In his office safe at RAND sat a 7,000-page document that went into lengthy and embarrassing detail of how the U.S. military was mired in Vietnam. Ellsberg decided to share the Pentagon Papers, as they were called, with the world. So he quietly snuck them out of his office, and with the help of a friend and a Xerox copy machine made duplicates.
The documents eventually landed in the newsroom of The New York Times, where they were published in 1971. For a public already souring on the Vietnam War, the release of the Pentagon Papers was a major turning point toward ending U.S. involvement.
About 40 years later, a U.S. Army private with little more than a high school education found himself in a similar situation. Stationed at a remote outpost in Iraq, Pfc. Bradley Manning had access to some of the U.S. government’s most highly sensitive documents, videos, diplomatic communications and war records from Iraq and Afghanistan.
The private had a significant advantage over Ellsberg. Manning was able to download the data onto flash-drives. Sharing the classified data with WikiLeaks, the website dedicated to publishing secrets, was then relatively easy.
That act of sharing and the headlines it produced once WikiLeaks went public put Manning in very hot water. He was convicted Tuesday on 20 out of 22 charges brought against him by the U.S. government; he was spared the most serious charge of aiding the enemy. Still, Manning was looking at more than 100 years behind bars as his trial’s sentencing phase began Wednesday.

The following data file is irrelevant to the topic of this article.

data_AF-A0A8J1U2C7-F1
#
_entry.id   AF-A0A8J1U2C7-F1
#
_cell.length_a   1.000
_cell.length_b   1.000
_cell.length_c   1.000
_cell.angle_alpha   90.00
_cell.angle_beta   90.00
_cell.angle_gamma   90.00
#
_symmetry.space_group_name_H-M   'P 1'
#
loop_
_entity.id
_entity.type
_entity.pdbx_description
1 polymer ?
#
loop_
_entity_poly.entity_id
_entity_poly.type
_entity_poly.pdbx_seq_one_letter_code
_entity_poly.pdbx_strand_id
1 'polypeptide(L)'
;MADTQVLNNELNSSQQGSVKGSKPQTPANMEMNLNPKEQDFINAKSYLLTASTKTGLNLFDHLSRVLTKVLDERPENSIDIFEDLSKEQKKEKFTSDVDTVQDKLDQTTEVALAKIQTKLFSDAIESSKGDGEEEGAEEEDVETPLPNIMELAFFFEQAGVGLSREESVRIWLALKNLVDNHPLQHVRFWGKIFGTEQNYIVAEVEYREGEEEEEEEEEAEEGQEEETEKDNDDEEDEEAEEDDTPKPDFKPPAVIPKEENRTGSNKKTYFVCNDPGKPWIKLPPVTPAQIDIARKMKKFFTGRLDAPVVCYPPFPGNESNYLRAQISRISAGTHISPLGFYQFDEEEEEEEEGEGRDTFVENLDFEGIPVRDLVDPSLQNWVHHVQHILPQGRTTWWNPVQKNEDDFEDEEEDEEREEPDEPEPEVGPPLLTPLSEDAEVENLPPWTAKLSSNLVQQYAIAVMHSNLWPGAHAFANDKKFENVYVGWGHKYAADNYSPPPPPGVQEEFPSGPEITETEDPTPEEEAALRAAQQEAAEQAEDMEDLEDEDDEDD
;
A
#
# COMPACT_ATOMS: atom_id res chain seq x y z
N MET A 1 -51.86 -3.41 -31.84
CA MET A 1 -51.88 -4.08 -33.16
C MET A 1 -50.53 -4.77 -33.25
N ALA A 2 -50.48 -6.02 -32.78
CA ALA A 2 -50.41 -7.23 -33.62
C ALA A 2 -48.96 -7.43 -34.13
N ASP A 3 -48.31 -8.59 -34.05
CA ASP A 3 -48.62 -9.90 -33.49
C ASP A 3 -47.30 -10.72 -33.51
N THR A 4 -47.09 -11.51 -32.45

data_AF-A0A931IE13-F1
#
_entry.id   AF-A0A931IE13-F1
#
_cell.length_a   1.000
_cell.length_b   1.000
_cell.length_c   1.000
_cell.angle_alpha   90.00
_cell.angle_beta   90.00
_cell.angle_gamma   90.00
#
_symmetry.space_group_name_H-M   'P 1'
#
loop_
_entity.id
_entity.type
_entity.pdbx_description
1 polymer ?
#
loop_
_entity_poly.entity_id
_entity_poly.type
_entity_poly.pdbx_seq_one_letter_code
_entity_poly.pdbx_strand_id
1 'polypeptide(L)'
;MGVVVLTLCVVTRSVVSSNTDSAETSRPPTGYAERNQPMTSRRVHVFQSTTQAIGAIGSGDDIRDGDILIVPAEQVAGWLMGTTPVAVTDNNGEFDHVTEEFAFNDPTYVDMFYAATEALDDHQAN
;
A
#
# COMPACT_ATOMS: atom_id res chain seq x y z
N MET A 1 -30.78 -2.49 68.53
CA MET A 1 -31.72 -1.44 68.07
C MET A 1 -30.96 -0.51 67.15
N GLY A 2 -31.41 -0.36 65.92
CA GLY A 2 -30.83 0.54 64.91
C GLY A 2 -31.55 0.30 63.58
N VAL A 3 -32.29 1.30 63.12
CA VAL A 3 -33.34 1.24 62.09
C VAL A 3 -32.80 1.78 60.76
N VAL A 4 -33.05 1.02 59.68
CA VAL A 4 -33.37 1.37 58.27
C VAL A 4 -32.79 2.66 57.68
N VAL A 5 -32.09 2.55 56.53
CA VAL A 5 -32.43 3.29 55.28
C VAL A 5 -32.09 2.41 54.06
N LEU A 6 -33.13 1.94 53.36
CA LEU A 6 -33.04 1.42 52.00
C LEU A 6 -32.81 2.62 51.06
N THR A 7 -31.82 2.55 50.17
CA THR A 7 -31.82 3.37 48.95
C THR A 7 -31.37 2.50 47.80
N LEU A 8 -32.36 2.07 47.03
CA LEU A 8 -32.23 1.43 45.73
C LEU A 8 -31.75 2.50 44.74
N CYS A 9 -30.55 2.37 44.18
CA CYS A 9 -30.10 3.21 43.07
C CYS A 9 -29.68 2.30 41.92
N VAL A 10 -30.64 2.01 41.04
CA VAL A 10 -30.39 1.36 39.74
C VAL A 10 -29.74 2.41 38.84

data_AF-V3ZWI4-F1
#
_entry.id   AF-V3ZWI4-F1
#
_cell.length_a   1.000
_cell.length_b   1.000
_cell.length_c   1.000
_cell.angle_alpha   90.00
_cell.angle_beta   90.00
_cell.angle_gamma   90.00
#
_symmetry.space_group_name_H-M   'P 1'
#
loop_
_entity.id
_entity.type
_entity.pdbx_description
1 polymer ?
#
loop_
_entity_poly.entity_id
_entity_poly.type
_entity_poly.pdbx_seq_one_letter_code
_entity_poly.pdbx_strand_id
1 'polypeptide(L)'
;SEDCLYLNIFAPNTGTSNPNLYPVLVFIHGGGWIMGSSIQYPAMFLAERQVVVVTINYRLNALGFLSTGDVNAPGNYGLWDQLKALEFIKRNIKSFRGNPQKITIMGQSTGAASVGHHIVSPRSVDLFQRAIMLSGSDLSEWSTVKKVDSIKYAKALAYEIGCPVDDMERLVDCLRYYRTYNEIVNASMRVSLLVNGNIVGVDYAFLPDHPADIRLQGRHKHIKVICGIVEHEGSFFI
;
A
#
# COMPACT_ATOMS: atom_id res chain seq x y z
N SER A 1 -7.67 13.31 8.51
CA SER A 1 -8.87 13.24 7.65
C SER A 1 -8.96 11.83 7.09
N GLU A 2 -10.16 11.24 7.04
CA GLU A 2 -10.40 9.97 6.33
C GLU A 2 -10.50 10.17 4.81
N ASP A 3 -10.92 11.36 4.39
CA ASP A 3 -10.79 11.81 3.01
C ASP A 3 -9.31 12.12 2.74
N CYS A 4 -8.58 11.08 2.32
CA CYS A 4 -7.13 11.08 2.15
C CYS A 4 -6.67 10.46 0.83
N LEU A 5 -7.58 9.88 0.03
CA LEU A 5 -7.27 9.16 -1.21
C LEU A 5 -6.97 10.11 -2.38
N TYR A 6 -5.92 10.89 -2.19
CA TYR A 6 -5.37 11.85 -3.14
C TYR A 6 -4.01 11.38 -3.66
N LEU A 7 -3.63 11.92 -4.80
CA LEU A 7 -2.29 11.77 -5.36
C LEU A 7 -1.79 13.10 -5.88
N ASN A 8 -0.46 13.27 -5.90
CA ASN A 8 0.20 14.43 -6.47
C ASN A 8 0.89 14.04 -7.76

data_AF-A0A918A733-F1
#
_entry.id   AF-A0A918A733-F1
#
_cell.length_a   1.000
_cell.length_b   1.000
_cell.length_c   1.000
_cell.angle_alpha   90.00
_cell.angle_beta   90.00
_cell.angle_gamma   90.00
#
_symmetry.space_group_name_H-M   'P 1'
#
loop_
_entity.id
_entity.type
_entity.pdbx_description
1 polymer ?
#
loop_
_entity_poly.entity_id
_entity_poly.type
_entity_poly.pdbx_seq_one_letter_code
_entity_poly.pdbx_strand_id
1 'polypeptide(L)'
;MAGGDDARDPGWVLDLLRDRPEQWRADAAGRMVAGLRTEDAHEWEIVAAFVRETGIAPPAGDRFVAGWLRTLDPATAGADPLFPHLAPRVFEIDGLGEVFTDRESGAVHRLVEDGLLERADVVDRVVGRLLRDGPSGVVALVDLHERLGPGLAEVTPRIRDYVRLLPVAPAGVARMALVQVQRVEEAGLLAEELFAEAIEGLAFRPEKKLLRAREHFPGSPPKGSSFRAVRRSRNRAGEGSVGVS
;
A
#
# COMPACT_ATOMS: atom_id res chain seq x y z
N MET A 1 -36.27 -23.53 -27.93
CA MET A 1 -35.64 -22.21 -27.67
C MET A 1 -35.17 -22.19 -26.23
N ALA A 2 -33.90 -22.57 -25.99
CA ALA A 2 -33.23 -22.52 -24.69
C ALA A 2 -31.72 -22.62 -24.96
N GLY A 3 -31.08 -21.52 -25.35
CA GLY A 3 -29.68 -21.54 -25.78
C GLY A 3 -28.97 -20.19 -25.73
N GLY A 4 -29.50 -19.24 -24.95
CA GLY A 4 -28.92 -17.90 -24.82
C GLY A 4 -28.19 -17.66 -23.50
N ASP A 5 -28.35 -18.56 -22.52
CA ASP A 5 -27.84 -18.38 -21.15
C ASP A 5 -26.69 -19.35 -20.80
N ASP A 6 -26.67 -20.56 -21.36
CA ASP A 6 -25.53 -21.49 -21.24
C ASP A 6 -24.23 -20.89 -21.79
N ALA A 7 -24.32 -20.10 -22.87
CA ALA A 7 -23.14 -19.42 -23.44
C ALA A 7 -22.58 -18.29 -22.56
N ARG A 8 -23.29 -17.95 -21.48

A debate will likely rage over how much time Manning should serve for his crimes. That’s a topic for another day, though we should add that all persons claiming the mantle of whistleblower would be wise to consider the fullest implications of their deeds before making secrets public.
Our point today concerns the rapid changes faced in our digitized world. Secrets are not stored as they once were. Access to them and the means of spreading them are simpler.
If Manning’s case isn’t enough, consider the secrets recently released by Edward Snowden, a high school dropout turned NSA contractor. The one skill that linked Manning and Snowden is proficiency with computers.
Times have changed. The job of copying 7,000 pages by hand on an overly large copy machine that had less power than your average smartphone is no longer necessary. Just a few keystrokes by a savvy computer user and the secrets are out.